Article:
The City of San Antonio is set to lean on private companies and academic institutions to develop a new research and development program. City staff introduced the idea, which it is calling the R&D League, on Tuesday during the City Council’s monthly Innovation and Technology Committee meeting.
The Southwest Research Institute, USAA, and the University of Texas at San Antonio will join forces with the City on the initiative.
Research and development is a common term used in the private sector for product development and is often used to describe the phased improvement of an item or service.
The league will work together to provide technological tools to the City and investigate new ideas to help City staff make data-driven decisions, said Kate Kinnison, the City’s new research and development administrator.
Councilman Manny Pelaez (D8), who chairs the Innovation and Technology Committee, said the City has needed a program like this for a while, and he is glad to see it finally happening.
“If you really think about every multi-billion-dollar, vertically-integrated organization on the planet they have an R&D department,” Pelaez said. “I think we’re late to the game, but I’m excited we’ve shown up to the party.”
The program has been in the works for the past six months and will help fuel innovation, Kinnison said.
Researching R&D departments in other cities, the City’s Office of Innovation developed the program, came up with four main objectives, and identified the program’s first six projects.
A collaboration with SwRI, the first project would attach sensors to solid waste vehicles to better assess where street repairs are needed.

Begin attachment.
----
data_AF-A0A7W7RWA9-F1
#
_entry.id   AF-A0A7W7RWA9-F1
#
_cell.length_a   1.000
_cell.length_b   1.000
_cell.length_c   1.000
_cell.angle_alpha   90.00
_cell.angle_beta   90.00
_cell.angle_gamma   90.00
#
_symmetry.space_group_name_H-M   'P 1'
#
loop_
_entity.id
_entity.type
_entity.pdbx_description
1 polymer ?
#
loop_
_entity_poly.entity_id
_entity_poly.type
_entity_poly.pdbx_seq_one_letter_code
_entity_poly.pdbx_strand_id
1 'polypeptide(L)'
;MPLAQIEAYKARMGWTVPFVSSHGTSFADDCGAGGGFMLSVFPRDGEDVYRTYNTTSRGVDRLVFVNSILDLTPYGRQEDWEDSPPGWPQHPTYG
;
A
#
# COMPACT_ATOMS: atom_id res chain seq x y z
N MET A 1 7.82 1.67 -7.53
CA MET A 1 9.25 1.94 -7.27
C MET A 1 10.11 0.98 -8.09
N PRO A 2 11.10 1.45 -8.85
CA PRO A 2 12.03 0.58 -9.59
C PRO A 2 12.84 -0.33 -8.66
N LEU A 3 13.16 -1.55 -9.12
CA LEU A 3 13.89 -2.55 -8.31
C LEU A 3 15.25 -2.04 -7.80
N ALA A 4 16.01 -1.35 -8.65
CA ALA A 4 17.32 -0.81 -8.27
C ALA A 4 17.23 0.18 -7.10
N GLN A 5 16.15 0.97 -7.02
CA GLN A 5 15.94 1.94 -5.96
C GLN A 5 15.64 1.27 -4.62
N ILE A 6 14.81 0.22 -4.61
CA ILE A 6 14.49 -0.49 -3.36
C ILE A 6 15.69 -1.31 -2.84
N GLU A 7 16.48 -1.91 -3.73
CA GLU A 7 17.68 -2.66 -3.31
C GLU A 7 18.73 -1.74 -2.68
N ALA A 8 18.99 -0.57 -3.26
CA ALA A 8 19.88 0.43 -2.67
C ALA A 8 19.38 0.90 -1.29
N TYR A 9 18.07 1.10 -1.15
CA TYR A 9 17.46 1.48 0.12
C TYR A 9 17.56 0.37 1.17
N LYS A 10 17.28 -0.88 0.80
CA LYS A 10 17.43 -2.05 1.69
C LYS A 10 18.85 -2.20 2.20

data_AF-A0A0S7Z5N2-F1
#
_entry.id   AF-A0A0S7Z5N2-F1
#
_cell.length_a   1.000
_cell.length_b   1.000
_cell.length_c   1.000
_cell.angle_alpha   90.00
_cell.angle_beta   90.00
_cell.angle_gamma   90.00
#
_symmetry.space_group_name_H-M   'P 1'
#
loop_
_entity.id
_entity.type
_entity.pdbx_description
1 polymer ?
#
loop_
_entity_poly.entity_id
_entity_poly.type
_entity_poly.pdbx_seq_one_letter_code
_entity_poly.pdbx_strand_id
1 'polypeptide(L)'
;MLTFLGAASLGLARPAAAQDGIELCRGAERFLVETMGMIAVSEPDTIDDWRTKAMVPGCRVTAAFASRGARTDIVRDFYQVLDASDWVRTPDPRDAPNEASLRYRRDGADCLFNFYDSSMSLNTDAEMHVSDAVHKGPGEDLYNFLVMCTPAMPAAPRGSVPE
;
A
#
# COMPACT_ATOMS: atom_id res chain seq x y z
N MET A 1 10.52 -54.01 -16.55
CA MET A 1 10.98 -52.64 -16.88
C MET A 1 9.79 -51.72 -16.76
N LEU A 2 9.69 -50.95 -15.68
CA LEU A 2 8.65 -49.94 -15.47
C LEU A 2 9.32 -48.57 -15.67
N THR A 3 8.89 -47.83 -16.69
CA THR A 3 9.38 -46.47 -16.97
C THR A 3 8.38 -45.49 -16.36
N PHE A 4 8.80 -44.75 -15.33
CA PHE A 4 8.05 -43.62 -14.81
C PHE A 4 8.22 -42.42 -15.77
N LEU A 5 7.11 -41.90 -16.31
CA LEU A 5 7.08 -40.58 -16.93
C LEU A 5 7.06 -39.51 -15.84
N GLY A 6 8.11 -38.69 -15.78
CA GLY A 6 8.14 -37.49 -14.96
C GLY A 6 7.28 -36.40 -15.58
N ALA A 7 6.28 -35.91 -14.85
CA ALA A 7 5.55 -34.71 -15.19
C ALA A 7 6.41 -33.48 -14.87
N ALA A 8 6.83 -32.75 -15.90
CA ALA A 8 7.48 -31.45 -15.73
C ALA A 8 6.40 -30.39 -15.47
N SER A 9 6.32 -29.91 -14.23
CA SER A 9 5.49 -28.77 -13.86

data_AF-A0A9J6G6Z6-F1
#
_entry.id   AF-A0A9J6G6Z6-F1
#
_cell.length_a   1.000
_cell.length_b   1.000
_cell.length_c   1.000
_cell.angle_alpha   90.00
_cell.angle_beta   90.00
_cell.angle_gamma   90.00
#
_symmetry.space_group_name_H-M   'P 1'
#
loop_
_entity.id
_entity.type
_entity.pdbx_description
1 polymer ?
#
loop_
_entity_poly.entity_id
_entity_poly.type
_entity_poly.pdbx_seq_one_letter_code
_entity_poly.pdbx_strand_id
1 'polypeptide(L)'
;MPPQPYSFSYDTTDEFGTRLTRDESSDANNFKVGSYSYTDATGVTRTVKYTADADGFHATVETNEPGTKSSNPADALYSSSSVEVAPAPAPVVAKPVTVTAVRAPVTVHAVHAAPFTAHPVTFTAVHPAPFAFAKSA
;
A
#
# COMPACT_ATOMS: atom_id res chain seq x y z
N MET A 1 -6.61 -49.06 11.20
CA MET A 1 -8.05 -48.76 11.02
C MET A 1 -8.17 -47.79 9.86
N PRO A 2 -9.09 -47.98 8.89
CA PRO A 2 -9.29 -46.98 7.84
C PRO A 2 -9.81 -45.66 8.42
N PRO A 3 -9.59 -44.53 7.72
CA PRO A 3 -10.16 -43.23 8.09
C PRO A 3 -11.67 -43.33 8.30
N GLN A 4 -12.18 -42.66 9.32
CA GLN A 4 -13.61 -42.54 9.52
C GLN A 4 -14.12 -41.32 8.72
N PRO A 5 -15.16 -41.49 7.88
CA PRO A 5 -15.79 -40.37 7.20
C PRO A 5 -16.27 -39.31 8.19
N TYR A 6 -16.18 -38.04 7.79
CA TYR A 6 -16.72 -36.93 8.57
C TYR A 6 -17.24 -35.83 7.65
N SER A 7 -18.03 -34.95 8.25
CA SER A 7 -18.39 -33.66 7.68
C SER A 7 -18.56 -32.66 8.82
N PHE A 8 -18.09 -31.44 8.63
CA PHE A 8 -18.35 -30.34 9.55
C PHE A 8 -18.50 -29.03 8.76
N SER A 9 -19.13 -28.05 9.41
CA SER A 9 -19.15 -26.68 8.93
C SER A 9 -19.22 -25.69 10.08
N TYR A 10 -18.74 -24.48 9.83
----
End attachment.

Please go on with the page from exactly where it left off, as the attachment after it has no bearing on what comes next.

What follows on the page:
“Our solid waste vehicles cover 95 percent of the city weekly and 25,000 miles per day,” Kinnison said. “There’s an opportunity to retrofit them with sensors that collect data that can then be collected, mapped, and inform the way we operate.”
In another collaboration with SwRI, the City would use cameras to identify when a traffic anomaly is occurring at an intersection.
UTSA professors would in the third R&D League project develop a data-informed approach to draw boundaries for neighborhood empowerment zones, a designation created by the state to increase and preserve affordable housing.
The fourth will be an in-house portal that will allow employees to send in their own innovative ideas. The idea came from USAA, which has had a similar program for the past decade – resulting in over 1,100 patents.
“We’re going to build off their lessons learned,” Kinnison said. “We’re going to … test it with 50 employees this spring, 300 in the fall, and then our goals would be to scale it out to all our employees and eventually all our residents to submit ideas in an online platform.”
A fifth project, known as City Hall To Go, would help bring City services to different areas of the community to overcome transportation barriers.
Assembling the R&D League constitutes the final project, Kinnison said.
“We’re working together and I think there’s a lot of value in that in designing how this could work long-term for our city,” she said.
Of the six projects, three have some funding, including $208,000 from SwRI for automating street repair identification. SwRI will also contribute funding to study highway traffic anomalies. Funding sources for the other projects are still being sought, Kinnison said.
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Councilman Clayton Perry (D10) said he wants to see more information about the costs, especially relating to funds that will come from the City.
“We need to be fully transparent on these programs, on each one of them, and if we go back through those projects I don’t see a call-out box for its cost,” Perry said. “Each one of these [is] going to cost money.”
USAA, UTSA, and SwRI have signed a memorandum of understanding to collaborate with the City on the R&D League, and City staff will bring the measure before Council on Feb. 12 at a B Session meeting.